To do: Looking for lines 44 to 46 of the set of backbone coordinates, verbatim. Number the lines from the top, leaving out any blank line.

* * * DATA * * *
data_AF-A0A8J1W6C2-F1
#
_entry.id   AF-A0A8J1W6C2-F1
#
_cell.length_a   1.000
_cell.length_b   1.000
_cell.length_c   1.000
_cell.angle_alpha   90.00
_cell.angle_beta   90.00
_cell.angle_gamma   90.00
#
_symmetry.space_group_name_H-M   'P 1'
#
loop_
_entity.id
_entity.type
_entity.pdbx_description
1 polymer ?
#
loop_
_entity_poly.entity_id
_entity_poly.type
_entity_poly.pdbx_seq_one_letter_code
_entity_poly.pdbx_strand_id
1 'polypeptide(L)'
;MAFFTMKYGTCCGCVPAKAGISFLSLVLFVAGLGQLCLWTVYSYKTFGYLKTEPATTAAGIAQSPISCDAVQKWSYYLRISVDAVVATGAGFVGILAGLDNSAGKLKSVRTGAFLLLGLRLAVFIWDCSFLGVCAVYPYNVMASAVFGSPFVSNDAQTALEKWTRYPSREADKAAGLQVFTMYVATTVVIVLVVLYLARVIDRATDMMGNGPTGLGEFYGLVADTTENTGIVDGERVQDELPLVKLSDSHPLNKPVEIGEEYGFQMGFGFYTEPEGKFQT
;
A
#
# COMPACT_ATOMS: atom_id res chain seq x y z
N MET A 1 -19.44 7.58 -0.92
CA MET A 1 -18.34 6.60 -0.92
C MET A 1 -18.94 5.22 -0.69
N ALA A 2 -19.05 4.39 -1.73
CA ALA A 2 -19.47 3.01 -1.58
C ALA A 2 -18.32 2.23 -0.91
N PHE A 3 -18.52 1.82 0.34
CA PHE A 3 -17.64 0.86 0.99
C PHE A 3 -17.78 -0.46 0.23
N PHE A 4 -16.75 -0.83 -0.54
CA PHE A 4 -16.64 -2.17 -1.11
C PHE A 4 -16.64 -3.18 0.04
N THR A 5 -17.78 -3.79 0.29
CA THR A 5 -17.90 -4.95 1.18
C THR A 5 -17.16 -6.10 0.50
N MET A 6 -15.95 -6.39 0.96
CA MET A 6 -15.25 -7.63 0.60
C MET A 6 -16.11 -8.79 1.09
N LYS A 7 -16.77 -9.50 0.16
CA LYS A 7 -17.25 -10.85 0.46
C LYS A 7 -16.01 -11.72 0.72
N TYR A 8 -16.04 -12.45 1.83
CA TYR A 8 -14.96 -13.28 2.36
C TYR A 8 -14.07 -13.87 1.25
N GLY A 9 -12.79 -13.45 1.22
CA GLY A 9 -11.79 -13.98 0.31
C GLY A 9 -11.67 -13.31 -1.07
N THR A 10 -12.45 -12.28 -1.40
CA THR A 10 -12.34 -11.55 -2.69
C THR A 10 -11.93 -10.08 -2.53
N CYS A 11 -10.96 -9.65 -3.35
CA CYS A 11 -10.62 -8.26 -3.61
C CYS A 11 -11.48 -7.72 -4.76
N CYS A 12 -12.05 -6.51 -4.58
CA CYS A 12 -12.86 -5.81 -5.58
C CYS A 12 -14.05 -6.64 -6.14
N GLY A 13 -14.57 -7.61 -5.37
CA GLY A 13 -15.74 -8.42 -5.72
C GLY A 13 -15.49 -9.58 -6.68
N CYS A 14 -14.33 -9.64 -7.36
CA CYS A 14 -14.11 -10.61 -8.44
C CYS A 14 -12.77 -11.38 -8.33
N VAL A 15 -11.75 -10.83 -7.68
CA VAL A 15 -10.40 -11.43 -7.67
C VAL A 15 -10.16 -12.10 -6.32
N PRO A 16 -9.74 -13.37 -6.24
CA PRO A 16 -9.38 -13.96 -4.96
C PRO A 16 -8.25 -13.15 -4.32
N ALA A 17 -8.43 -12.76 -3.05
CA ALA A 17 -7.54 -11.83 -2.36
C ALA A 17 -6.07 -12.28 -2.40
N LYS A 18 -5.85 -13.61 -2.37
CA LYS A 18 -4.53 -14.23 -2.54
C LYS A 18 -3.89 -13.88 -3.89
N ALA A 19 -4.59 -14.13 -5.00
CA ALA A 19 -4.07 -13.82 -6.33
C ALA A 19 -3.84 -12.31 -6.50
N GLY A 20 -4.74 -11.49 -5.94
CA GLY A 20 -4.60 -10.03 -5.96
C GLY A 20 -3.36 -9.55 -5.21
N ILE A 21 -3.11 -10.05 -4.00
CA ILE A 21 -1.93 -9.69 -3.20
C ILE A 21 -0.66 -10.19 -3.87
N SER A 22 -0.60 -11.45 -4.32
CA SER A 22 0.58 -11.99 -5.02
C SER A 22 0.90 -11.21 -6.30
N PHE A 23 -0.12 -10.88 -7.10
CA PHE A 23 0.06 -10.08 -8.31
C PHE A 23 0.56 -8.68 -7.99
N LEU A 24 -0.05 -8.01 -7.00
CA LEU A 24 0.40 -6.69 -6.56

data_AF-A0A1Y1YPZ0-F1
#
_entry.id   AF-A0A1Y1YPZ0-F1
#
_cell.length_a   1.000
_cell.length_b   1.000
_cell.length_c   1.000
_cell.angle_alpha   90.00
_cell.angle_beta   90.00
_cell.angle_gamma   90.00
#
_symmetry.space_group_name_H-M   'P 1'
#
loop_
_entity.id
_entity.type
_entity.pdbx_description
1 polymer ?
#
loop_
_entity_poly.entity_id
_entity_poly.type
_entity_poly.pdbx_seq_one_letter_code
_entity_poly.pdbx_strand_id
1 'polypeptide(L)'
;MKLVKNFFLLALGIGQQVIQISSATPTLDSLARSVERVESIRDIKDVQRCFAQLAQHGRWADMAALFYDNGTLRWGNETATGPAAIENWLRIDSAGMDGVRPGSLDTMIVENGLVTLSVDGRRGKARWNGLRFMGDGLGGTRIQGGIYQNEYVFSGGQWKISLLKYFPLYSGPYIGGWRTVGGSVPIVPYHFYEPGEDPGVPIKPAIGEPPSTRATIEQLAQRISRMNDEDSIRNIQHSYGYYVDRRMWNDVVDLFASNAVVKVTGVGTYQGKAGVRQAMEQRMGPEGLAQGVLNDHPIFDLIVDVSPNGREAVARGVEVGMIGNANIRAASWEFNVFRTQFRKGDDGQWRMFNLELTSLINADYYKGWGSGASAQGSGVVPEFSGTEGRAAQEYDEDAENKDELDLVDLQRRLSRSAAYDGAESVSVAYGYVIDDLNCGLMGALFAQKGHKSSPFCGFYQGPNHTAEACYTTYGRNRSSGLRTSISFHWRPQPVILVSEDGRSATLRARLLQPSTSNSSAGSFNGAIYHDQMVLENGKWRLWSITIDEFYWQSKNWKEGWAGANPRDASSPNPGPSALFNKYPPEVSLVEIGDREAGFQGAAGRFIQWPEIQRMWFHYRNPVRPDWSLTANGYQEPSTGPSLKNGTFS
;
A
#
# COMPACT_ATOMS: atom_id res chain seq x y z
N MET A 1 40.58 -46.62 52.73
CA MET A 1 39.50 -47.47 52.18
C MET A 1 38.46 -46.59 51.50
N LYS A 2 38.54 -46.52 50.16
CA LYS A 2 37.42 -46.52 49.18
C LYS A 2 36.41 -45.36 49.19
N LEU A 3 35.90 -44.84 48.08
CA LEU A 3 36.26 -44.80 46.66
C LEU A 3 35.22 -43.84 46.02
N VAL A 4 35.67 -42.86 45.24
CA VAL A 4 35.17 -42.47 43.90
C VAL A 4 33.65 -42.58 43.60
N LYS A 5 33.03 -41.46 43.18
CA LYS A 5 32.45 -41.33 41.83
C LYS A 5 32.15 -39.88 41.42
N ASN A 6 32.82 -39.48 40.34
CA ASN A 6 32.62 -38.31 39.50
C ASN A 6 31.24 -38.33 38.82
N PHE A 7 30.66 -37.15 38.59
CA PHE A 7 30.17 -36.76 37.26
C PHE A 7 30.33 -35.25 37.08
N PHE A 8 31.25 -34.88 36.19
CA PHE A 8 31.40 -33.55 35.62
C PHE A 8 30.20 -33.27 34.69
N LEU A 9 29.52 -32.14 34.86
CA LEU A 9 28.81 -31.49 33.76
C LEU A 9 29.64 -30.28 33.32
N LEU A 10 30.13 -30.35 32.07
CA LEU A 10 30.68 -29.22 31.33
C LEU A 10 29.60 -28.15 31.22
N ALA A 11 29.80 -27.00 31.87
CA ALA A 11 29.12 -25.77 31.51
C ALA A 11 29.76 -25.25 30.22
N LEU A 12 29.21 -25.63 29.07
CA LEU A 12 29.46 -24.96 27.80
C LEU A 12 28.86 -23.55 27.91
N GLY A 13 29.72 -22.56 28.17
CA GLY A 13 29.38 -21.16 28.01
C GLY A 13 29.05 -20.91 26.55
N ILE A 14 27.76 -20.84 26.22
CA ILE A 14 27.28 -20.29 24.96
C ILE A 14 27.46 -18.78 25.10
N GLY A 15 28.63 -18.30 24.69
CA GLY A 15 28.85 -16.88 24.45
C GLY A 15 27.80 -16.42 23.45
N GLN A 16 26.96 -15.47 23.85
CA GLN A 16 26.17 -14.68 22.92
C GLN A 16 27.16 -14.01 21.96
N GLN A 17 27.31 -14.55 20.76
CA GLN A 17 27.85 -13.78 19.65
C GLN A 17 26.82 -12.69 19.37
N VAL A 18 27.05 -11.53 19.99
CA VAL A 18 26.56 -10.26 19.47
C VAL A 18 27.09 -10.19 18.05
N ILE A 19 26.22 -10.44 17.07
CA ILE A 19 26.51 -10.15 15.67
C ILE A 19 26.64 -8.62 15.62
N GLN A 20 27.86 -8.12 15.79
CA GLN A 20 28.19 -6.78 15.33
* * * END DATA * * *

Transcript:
CA THR A 5 -17.90 -4.95 1.18
C THR A 5 -17.16 -6.10 0.50
N MET A 6 -15.95 -6.39 0.96